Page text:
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Topic: Link Tracks?

Posted January 01, 1999 23:11:22


That SMiLE would have continuous linking tracks ala Sgt. Pepper's seems to be a popular theory (or is it just me), but is that what Brian really intended for SMiLE? Well, I'm glad you asked because I'm itchin' to blab my opinion.

There are no quotes, that I've seen anyway, from Brian or Van about the intended assemblage of SMiLE. It's quite possible that Van had little or no knowledge of how SMiLE was to be mixed/sequenced/assembled, that was Brian's job. Brian did however talk about the assemblage of the album preceding SMiLE, Pet Sounds.

"If you take the 'Pet Sounds' album as a collection of art pieces, each designed to stand alone yet belong together, you'll see what I'm aiming at." BW [PSBS, inside front cover]

Would the same apply to the SMiLE album? Maybe. Brian did give us one clue as to the structure of SMiLE, it would be a "teenage symphony to God."

Webster's defines symphony as "a usu. Long and complex…instrumental musical composition typically of…movements in contrasting forms and keys…for symphony orchestra". A musical movement is defined as "a distinct structural unit or division…or an extended musical composition". Much of SMiLE seems to be orchestral for sure. Brian's use of the term "symphony" applied to the album as a whole. That would seem to mean SMiLE [the album] was to be a complex composition made of distinct, separate parts [the 12 tracks]. But is it that simple? There were two developments concurrent tot he making of SMiLE, that could be seen as events that might have influenced Brian towards a connected track album. The genesis of the Album Oriented Radio format and the making of the Beatles' connect track album, "Sgt. Pepper's Lonely Hearts Club Band".

AOR was invented by DJ Tom Donahue at KMPX-FM. Could the advent of a new whole-album radio format have inspired Brian (or the Beatles) to produce a connected whole-album SMiLE? A new album format to match a new radio format? Probably not. There is evidence that Donahue was developing the long format concept beginning in April '67 but the album oriented format was not in full swing until the Summer [June?] of '67, long after SMiLE had been re-invented as Smiley Smile. Also, there is a question as to whether Brian could have even heard the fledgling format during the late SMiLE era since it was isolated to KMPX which, at the time, was a small, struggling, foreign language station in San Francisco. Brian may have heard OF it late April or May through someone like DJ "Humble" Harv Miller, but by then it probably was too late for SmiLE. It is documented that Humble Harv Miller visited Brian at least twice during the SmiLE sessions. It might be that the "Heroes and Villains Demo" on the Beach Boys recent "Endless Harmony" was played for Humble Harv. Humble Harv was playing "heavy" (non-Top 100) new tracks but not whole albums. Evan if Brian did know of AOR in time to influence SmiLE, and if he recognized it as a coming trend (which wouldn't surprise me), would he see a "connected" track album as a viable product in the predominately singles dominated market? I doubt it and that brings us to Sgt. Pepper's.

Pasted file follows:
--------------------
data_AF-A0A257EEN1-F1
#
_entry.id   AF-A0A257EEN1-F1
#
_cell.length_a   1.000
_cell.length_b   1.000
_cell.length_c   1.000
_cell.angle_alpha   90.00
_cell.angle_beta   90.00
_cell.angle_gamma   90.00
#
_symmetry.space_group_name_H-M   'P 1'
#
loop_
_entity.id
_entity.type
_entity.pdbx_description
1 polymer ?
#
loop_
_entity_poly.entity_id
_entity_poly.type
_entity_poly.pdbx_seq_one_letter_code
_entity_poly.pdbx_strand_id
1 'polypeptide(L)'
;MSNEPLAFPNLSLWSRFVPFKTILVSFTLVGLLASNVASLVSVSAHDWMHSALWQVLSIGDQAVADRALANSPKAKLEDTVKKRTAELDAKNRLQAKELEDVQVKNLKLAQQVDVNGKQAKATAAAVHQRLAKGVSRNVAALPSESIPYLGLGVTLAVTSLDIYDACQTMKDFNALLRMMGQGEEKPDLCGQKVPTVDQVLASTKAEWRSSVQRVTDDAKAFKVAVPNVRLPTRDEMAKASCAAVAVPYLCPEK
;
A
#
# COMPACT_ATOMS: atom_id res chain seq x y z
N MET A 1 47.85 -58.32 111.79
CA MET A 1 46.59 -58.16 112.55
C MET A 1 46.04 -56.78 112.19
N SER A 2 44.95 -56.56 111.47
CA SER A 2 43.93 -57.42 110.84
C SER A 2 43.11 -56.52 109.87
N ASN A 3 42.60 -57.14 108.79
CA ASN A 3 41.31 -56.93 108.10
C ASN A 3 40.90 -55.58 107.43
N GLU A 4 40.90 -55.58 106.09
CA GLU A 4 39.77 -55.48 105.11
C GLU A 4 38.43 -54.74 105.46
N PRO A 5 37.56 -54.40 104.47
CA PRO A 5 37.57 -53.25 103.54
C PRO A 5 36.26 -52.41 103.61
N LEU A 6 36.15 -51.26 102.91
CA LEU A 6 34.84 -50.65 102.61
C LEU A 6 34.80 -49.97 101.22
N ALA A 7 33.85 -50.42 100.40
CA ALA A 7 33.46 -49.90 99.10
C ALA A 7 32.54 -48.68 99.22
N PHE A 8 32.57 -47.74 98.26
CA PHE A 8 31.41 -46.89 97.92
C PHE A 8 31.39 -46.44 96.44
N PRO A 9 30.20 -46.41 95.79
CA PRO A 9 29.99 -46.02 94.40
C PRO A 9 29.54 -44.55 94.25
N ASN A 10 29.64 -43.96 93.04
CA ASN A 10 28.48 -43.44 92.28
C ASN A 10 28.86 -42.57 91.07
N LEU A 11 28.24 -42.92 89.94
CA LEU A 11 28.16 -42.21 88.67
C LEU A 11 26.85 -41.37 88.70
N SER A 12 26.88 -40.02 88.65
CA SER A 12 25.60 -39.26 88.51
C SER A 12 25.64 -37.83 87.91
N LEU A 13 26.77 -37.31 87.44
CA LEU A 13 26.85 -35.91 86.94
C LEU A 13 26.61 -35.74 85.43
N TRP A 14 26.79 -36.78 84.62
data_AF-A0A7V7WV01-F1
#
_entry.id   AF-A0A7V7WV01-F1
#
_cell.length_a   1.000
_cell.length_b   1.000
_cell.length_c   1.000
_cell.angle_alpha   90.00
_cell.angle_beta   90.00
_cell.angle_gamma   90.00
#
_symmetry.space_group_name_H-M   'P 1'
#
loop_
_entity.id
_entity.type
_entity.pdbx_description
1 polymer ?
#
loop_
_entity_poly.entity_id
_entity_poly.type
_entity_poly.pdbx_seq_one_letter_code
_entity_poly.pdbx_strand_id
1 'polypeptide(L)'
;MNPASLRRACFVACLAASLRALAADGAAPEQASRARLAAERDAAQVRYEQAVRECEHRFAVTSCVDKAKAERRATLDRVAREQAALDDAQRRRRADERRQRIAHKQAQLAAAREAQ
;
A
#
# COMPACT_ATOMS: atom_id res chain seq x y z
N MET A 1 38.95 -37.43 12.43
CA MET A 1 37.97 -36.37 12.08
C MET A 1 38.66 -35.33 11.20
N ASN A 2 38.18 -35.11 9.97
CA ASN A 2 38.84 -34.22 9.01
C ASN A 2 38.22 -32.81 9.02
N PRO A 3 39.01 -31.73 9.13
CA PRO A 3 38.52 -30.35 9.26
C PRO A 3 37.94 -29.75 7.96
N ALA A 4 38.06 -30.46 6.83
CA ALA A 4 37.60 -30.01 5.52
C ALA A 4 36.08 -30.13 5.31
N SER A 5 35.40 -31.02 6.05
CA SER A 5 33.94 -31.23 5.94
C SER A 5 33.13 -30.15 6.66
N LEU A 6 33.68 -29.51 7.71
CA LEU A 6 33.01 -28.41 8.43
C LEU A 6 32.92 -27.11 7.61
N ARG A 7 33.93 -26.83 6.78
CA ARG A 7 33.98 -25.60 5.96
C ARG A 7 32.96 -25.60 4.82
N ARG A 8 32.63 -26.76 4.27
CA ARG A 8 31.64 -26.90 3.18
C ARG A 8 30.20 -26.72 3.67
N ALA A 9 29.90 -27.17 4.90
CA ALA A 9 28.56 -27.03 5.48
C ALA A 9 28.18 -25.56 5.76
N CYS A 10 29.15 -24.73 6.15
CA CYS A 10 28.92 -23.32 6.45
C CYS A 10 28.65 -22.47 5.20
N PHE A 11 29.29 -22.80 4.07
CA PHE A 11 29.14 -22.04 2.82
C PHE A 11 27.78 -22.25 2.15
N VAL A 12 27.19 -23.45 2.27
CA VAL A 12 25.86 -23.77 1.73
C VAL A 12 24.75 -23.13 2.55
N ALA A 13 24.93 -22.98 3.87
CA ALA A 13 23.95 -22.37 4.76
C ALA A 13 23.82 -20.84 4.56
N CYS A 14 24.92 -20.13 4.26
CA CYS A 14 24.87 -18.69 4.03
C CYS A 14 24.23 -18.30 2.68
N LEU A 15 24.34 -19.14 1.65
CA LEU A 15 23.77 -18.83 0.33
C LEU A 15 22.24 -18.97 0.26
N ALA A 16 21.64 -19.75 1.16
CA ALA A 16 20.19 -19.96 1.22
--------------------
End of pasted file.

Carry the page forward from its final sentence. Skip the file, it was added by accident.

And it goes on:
Sgt. Pepper's was a connected track album, recorded during the same period as SmiLE, for the same record company. Brian had visited with Paul and George in August '66 and again with Paul in April '67. It's not known how much they discussed their projects-in-progress but it is known that on April 6 '67 the first master tape of Sgt. Pepper's was made with no gaps between songs. On April 10 '67, Paul visited the Beach Boys at a Vega-tables session where he reportedly brought an acetate of "A Day In the Life" and played, at the piano, his composition "She's Leaving Home". Did the two discuss the idea of a continuous track album? No one has said but I doubt it considering the friendly rivalry between them.

There is nothing, to date, to suggest that Brian ever considered a connected track assemblage for SMiLE: there is nothing to suggest that Paul ever shared the idea with Brian; I doubt the idea of connected tracks even occurred to Brian. If he had considered it, I think we would have seen him apply the principle to at least part of the heir to SMiLE, Smiley Smile. He didn't.

Brian was the product of a 45 rpm single centered popular music industry and no one has any evidence that SMiLE was to be anything but a conventionally mastered album with 12 separated individual tracks.

Where did this connected, linking track album theory come from anyway?

"Here's a coherent line-up directly from the asteroid of Mr. Wizard…Oh yeh, be sure to edit the songs as closely as possible…" [LLVS 2}

I think it has grown from this suggestion by Dom Priore for a home-made SMiLE. Dom never said it was what Brian intended.

I hope that made sense.

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